WHO warns of nursing workforce 'ticking timebomb' in UK and Europe – Nursing Times

‘This is a situation that cannot go on indefinitely’
15 September, 2022 By
Pressures on the nursing and healthcare workforce across Europe and the UK are so severe that the region is facing a “ticking timebomb”, a new report from the World Health Organization (WHO) has warned.
The international organisation has stressed that countries in Europe, including the UK, are facing a disastrous shortage of nurses and other healthcare staff unless they act now to train, recruit and retain the next generation of health workers.
The report follows recent figures which revealed the number of NHS nurse shortages in England has reached a record high of almost 47,000.
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The new WHO report found that, on the whole, the UK lags behind many European countries in the total number of nurses available to care for the population.
Data suggests there were just 85 nurses per 10,000 people currently in the UK in 2020, compared to between 100 and 200 per 10,000 people in other western and northern European countries.
The UK is also training fewer nurses than other countries, with 31 new nursing graduates per 100,000 people in 2018, compared to more than 40 new graduates a year per 100,000 in France, Sweden, Germany, Denmark and more than 70 in Norway, Finland and Romania.
In addition, more than 40% of doctors and nurses are over the age of 55 in 13 of the 44 European countries where data is available.
The proportion of nurses aged over 55 is higher in the UK (23%) than other European countries including France, Norway, Spain and the Netherlands, based on data from 2019.
Additional workforce must be recruited within the next 10 years to replace these staff when they retire, the report noted, while recognising the overall number of health workers needed in Europe will continue to climb as the population gets older and has more complex care needs.
The coronavirus pandemic increased pre-existing workforce pressures with long working hours, inadequate professional support, serious staff shortages, and high Covid-19 infection and death rates taking a toll on health workers across Europe, it added.
The report concluded that European governments needed to invest more money in the workforce, and to invest it better. It recommends developing policies that protect the workforce by placing its interests and wellbeing at the centre of economic and social recovery from the pandemic.
“The time to act on health and care workforce shortages is now”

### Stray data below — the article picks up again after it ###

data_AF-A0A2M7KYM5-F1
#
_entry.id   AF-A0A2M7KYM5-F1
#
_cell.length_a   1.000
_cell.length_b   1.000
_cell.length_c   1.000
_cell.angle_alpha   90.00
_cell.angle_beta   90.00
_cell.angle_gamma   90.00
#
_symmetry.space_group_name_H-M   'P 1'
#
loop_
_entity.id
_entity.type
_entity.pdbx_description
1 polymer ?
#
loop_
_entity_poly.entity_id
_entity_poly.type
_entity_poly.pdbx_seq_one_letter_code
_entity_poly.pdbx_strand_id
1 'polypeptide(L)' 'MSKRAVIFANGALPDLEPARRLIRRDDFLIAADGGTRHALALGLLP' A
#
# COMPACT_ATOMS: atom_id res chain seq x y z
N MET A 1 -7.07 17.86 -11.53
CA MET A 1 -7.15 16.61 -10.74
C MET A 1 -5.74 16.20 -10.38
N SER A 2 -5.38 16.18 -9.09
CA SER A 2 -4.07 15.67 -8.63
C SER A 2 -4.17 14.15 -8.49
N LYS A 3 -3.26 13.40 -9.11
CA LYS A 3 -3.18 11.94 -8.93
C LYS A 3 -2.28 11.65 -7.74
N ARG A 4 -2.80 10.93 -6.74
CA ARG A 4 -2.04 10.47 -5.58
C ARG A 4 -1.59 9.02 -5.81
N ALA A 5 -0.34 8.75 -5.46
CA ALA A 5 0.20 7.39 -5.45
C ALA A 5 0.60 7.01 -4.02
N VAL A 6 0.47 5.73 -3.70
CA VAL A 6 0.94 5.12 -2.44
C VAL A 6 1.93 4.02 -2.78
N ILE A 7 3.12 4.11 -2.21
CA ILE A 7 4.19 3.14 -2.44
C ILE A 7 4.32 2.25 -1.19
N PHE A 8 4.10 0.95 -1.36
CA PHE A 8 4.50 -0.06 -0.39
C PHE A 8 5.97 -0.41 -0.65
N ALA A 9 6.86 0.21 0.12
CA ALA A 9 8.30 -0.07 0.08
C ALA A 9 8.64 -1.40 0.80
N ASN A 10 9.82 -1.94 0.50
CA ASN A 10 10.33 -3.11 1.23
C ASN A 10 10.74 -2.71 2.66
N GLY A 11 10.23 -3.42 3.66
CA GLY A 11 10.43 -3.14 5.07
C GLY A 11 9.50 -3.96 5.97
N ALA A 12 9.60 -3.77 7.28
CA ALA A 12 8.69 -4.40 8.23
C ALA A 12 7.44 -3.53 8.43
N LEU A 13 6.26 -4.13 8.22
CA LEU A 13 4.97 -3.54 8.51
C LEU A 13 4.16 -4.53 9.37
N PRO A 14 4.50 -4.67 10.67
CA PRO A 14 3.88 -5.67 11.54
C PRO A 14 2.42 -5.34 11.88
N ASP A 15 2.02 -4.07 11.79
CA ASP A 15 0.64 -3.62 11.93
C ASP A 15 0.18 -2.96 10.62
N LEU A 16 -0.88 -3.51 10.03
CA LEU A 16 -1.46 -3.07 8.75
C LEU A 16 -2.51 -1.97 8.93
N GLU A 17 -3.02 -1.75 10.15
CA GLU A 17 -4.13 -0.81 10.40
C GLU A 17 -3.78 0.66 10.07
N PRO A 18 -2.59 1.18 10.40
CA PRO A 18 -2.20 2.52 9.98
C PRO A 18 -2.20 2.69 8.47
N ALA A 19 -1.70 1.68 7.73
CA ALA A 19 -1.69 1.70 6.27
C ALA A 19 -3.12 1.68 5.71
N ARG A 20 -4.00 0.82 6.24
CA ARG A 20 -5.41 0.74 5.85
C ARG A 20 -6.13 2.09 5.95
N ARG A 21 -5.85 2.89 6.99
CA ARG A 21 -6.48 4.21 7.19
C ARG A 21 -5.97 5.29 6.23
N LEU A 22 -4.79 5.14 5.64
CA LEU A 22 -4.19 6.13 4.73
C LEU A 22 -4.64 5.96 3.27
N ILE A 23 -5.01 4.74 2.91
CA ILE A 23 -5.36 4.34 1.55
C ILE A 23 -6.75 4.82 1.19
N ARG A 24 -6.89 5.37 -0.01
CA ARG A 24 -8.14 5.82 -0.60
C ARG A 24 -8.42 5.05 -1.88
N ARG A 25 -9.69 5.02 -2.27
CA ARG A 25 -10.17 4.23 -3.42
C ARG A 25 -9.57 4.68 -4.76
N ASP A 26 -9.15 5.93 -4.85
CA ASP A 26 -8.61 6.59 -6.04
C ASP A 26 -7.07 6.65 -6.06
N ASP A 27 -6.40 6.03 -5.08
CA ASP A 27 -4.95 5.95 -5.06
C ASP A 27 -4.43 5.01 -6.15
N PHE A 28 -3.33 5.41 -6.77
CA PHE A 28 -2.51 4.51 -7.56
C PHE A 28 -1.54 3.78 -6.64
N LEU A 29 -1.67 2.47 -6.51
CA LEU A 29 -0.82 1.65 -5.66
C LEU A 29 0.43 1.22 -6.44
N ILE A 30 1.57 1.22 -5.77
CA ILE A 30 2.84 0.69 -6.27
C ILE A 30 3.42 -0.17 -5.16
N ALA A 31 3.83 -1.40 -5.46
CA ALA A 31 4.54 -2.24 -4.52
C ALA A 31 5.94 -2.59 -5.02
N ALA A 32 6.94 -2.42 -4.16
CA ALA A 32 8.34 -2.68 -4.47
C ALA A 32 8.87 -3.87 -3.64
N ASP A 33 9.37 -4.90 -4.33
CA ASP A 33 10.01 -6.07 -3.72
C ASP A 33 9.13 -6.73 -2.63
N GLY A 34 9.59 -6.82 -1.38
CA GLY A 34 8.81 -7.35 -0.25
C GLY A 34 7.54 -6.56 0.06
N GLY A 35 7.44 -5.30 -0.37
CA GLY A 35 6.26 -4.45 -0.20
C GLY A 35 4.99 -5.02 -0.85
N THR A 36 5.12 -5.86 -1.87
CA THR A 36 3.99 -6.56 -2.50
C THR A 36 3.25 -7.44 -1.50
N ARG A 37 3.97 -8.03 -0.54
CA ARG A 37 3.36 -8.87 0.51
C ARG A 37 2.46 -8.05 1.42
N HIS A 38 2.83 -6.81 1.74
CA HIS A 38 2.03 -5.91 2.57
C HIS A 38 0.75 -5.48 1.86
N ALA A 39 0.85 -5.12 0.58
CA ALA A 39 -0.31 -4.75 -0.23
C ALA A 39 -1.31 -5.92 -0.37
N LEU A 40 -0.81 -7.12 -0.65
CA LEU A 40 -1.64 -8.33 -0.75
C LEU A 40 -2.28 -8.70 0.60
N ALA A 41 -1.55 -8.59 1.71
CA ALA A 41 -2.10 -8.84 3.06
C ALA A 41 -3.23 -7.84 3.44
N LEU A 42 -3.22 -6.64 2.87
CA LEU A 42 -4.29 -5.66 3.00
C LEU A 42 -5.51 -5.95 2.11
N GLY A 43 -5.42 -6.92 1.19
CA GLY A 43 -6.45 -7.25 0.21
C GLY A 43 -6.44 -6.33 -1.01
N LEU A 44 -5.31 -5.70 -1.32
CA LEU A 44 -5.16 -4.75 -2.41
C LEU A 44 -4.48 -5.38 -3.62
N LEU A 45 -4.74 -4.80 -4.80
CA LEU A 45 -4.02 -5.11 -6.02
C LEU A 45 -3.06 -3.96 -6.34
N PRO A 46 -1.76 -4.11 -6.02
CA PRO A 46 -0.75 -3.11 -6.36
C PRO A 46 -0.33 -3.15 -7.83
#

Hans Kluge
WHO regional director for Europe Dr Hans Kluge warned: “All of these threats represent a ticking time bomb which, if not addressed, is likely to lead to poor health outcomes across the board, long waiting times for treatment, many preventable deaths, and potentially even health system collapse.
“The time to act on health and care workforce shortages is now.”
Chief executive of the International Council of Nurses (ICN) Howard Catton seconded the call for governments to take action to grow their nursing and healthcare workforce so that they can be self-sufficient in meeting their populations’ needs.
“This cannot wait. We need action now, not some five or ten-year plan that never comes to fruition,” he said.

Hans Kluge
Meanwhile, Royal College of Nursing general secretary and chief executive Pat Cullen, said the report highlights the crisis the UK faces, with too many nurses poised to retire and too few coming into the system.
“It finds a fifth of the UK’s nursing workforce is reaching retirement age and that the UK is churning out too few nursing graduates – less than the average for other European countries and less than half as many as Romania, Albania and Finland,” she said.
“Ministers across the UK must take note. Urgent investment in nursing must include fair pay and measures to boost the domestic workforce, such as funding tuition fees.”

Pat Cullen
She added: “This report calls for nursing staff and other healthcare workers to be put at the centre of the economic and social recovery after the pandemic – fair pay is a simple way to recruit and retain nursing staff and keep patients safe.”
The WHO is recommending 10 actions to strengthen the health and care workforce.
These include more investment in workforce education, protecting the health and mental wellbeing of the workforce, and creating working conditions that promote a healthy work-life balance.
The Department of Health and Social Care was contacted for comment.
The shortage of nurses in UK can be resolved quickly if the NMC and NHS can revisit the requirements for foreign nurse to take up the nursing roles in the UK. For example, there are some countries whose learners curriculum is entirely in English but are not amongst the countries that are not exempted from taking OET or IELTs. Those nurses from such countries should be considered so that they take up the nursing roles in the UK. In addition, if the NMC reduces the band scores of IELTs at least to 6.5, more nurses from other countries are more than ready to come and fill up the gap.
I left nursing at the end of November 2021 after 22 years. Pay was not the issue. The issue was being sent to different wards. Most late shifts I would be sent to a different ward, or left as the sole nurse on my ward. All wards are different. I did not feel confident. I felt humiliated. I was scared to go to work. I left nursing through stress. Many other nurses that I have met have left for the same reasons. This is never highlighted as the reason for nurses leaving the profession. I feel that we have been treated in an appallingly. Carol
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